Tuesday, June 30, 2009

Canada Day Abroad: Videos To Inspire Discussion About What It Means to be Canadian

With tomorrow's Canada Day celebrations around the world, and our teachers celebrating from coast to coast, in China, the Bahamas, Japan and of course, London, England it gets me thinking about what it means to be Canadian.

Before I moved to England to teach I was fairly typical in defining my Canadian-ness as simply "not American." The video below really demonstrates that idea. It's a few years old now, but this beer company really hit the nail on the head in terms of defining what many Canadians believe to be our Canadian-ness.


But then when I lived in London, in one of the world's most diverse cities, I started to realize that my definition of "not American" wasn't really enough. Most of my friends were Australian, New Zealander, British, Zimbabwean and South African. I didn't know many Americans & Canadians when I taught in London. So, I learned that for me, being Canadian was so much more than simply not American. It also means having a massive land mass with plenty of personal space between us. (I really learned that lesson when I did a teaching practicum in Bangladesh, but that's a story for another day.)

We are a multicultural country, but in so many ways we are just at the very beginning of this transformation. We are a little baby compared to England - we're still so young in comparison. I find the video of "Joe" above to be a funny one, and outdated in what I would define Canadian as now. He's white, wearing a plaid shirt, and likely listening to the Tragically Hip. Sure, that's one part of our Canadian-ness, but what about all the other cultures represented in Canada?

When I looked for the Joe video in You Tube, another video came up as recommended viewing. "I am a Muslim" is an American video, but it looks almost like a direct response to the "I Am Canadian" Video above. Check it out below.


I love this video and really think we should have a new "I am Canadian" video to show what our diversity is really all about. It can't be a beer commercial (in case you don't already know, Muslims don't generally drink alcohol), and frankly, I'm not that keen on a beer company defining Canadian-ness for us all anyway.

What would you want in an "I Am Canadian" video that is more representative of our Canada today? What would you want to show your students abroad?

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1 comment:

  1. Hey Victoria,

    I read this article on my friend (a fellow Canadian)'s facebook, and I immediately thought of your blog. Who is Canadian? This article (I don't know where he found it) explains:

    You probably missed it in the local news, but there was a report that someone in Pakistan had advertised in a newspaper an offer of a reward to anyone who killed a Canadian - any Canadian...

    An Australian dentist wrote the following editorial to help define what a Canadian is, so they would know one when they found one:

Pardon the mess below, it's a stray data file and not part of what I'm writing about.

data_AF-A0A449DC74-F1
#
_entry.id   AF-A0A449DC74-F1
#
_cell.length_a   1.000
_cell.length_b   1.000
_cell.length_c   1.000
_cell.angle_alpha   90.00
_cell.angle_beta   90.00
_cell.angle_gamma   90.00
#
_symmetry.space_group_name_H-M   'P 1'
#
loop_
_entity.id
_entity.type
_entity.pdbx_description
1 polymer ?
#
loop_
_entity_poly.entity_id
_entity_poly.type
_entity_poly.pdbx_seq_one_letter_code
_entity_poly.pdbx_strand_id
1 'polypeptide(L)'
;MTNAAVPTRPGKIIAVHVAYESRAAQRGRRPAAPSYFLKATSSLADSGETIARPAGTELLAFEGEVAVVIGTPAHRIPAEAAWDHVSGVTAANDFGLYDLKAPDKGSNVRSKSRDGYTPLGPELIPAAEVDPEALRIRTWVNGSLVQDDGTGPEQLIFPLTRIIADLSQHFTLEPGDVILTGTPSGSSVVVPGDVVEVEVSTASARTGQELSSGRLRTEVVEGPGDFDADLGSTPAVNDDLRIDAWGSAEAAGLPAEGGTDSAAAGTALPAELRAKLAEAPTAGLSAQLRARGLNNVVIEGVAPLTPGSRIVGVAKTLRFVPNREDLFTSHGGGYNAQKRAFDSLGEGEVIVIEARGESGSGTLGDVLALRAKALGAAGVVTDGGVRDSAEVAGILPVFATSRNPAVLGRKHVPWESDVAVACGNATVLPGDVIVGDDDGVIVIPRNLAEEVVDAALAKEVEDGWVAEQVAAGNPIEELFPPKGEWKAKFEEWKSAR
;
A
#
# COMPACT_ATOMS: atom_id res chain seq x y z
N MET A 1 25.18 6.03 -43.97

A Canadian can be English, or French, or Italian, Irish, German, Spanish, Polish, Russian or Greek. A Canadian can be Mexican, African, Indian, Chinese, Japanese, Korean, Australian, Iranian, Asian, Arab, Pakistani or Afghan.

    A Canadian may also be a Cree, Métis, Mohawk, Blackfoot, Sioux, or one of the many other tribes known as native Canadians. A Canadian's religious beliefs range from Christian, Jewish, Buddhist, Muslim, Hindu or none. In fact, there are more Muslims in Canada than in Afghanistan . The key difference is that in Canada they are free to worship as each of them chooses. Whether they have a religion or no religion, each Canadian ultimately answers only to God, not to the government, or to armed thugs claiming to speak for the government and for God.

    A Canadian lives in one of the most prosperous lands in the history of the world. The root of that prosperity can be found in the Charter of Rights and Freedoms which recognize the right of each person to the pursuit of happiness.

    A Canadian is generous and Canadians have helped out just about every other nation in the world in their time of need, never asking a thing in return. Canadians welcome the best of everything, the best products, the best books, the best music, the best food, the best services and the best minds.

    But they also welcome the least - the oppressed, the outcast and the rejected.

    These are the people who built Canada . You can try to kill a Canadian if you must as other blood-thirsty tyrants in the world have tried but in doing so you could just be killing a relative or a neighbour. This is because Canadians are not a particular people from a particular place. They are the embodiment of the human spirit of freedom. Everyone who holds to that spirit, everywhere, can be a Canadian.

    ReplyDelete

Thanks for sharing your two pence!

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